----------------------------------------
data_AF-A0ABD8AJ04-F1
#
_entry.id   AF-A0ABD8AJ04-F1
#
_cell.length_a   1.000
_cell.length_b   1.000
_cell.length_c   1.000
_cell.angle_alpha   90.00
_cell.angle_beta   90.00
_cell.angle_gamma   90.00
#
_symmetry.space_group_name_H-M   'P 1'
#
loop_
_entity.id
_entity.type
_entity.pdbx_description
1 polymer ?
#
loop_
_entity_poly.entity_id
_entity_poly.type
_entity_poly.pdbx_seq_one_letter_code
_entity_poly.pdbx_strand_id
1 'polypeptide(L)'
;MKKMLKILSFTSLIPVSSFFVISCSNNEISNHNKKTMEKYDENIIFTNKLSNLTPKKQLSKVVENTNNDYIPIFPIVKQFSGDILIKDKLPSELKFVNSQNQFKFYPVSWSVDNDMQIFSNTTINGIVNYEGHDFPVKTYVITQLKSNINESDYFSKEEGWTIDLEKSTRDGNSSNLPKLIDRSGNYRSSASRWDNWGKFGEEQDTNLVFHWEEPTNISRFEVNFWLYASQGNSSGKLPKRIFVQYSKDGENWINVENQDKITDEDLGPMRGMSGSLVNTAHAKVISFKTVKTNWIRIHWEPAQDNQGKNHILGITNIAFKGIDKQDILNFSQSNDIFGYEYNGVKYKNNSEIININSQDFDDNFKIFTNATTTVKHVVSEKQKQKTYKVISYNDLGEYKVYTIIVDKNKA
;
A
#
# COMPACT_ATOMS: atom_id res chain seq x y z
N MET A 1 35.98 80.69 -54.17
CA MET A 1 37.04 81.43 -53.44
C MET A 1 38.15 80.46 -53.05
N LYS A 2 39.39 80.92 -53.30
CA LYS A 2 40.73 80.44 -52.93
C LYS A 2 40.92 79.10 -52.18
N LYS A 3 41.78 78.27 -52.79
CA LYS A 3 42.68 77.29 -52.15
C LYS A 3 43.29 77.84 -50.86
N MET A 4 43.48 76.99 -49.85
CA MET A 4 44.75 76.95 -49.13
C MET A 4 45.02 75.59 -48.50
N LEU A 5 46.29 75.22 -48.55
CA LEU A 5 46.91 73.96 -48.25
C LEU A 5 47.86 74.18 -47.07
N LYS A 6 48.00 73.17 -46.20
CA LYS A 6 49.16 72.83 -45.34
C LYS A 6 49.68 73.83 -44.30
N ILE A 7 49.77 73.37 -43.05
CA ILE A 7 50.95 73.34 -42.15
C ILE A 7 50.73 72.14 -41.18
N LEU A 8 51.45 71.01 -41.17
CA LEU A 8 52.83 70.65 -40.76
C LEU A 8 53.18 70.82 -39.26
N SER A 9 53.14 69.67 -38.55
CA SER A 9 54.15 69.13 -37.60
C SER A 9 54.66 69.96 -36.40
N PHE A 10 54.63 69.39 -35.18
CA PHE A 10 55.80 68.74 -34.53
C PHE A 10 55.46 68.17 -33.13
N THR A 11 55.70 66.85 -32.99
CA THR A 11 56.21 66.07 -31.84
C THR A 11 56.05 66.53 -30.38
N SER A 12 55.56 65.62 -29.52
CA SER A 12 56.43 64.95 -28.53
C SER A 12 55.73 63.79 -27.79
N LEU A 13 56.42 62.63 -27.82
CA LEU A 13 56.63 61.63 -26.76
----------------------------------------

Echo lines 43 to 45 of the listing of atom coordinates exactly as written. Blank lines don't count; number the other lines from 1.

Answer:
N LEU A 5 46.29 75.22 -48.55
CA LEU A 5 46.91 73.96 -48.25
C LEU A 5 47.86 74.18 -47.07